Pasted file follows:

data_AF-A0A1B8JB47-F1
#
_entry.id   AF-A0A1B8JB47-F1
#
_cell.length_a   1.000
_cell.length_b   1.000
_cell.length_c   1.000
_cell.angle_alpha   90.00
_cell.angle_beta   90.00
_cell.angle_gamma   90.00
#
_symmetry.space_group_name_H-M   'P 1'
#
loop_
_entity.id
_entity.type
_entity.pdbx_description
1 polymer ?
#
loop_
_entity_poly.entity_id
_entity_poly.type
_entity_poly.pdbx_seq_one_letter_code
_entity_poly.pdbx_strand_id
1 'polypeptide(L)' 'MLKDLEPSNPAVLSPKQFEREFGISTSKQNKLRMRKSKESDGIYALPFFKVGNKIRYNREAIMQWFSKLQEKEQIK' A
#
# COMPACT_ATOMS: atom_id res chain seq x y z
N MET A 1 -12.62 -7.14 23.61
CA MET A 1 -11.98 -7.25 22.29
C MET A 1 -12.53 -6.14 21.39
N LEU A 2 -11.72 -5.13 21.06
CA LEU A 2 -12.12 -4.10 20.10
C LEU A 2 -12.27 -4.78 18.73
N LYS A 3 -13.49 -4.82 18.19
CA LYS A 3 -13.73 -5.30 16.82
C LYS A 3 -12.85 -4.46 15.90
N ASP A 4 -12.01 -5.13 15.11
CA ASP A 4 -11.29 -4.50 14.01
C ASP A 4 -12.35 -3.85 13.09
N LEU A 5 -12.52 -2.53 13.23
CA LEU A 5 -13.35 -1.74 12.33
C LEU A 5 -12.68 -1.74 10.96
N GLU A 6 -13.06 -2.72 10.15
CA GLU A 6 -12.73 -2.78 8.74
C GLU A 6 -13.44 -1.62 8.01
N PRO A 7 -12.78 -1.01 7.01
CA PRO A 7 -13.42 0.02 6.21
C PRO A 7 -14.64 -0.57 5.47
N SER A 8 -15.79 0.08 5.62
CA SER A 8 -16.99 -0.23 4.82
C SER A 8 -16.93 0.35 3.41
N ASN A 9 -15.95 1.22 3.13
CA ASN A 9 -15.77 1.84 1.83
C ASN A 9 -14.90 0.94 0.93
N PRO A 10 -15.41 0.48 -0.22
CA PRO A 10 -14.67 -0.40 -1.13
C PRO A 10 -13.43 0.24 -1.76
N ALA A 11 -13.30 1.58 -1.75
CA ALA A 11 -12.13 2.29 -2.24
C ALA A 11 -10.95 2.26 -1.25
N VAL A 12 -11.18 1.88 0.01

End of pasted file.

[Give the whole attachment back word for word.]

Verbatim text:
data_AF-A0A1B8JB47-F1
#
_entry.id   AF-A0A1B8JB47-F1
#
_cell.length_a   1.000
_cell.length_b   1.000
_cell.length_c   1.000
_cell.angle_alpha   90.00
_cell.angle_beta   90.00
_cell.angle_gamma   90.00
#
_symmetry.space_group_name_H-M   'P 1'
#
loop_
_entity.id
_entity.type
_entity.pdbx_description
1 polymer ?
#
loop_
_entity_poly.entity_id
_entity_poly.type
_entity_poly.pdbx_seq_one_letter_code
_entity_poly.pdbx_strand_id
1 'polypeptide(L)' 'MLKDLEPSNPAVLSPKQFEREFGISTSKQNKLRMRKSKESDGIYALPFFKVGNKIRYNREAIMQWFSKLQEKEQIK' A
#
# COMPACT_ATOMS: atom_id res chain seq x y z
N MET A 1 -12.62 -7.14 23.61
CA MET A 1 -11.98 -7.25 22.29
C MET A 1 -12.53 -6.14 21.39
N LEU A 2 -11.72 -5.13 21.06
CA LEU A 2 -12.12 -4.10 20.10
C LEU A 2 -12.27 -4.78 18.73
N LYS A 3 -13.49 -4.82 18.19
CA LYS A 3 -13.73 -5.30 16.82
C LYS A 3 -12.85 -4.46 15.90
N ASP A 4 -12.01 -5.13 15.11
CA ASP A 4 -11.29 -4.50 14.01
C ASP A 4 -12.35 -3.85 13.09
N LEU A 5 -12.52 -2.53 13.23
CA LEU A 5 -13.35 -1.74 12.33
C LEU A 5 -12.68 -1.74 10.96
N GLU A 6 -13.06 -2.72 10.15
CA GLU A 6 -12.73 -2.78 8.74
C GLU A 6 -13.44 -1.62 8.01
N PRO A 7 -12.78 -1.01 7.01
CA PRO A 7 -13.42 0.02 6.21
C PRO A 7 -14.64 -0.57 5.47
N SER A 8 -15.79 0.08 5.62
CA SER A 8 -16.99 -0.23 4.82
C SER A 8 -16.93 0.35 3.41
N ASN A 9 -15.95 1.22 3.13
CA ASN A 9 -15.77 1.84 1.83
C ASN A 9 -14.90 0.94 0.93
N PRO A 10 -15.41 0.48 -0.22
CA PRO A 10 -14.67 -0.40 -1.13
C PRO A 10 -13.43 0.24 -1.76
N ALA A 11 -13.30 1.58 -1.75
CA ALA A 11 -12.13 2.29 -2.24
C ALA A 11 -10.95 2.26 -1.25
N VAL A 12 -11.18 1.88 0.01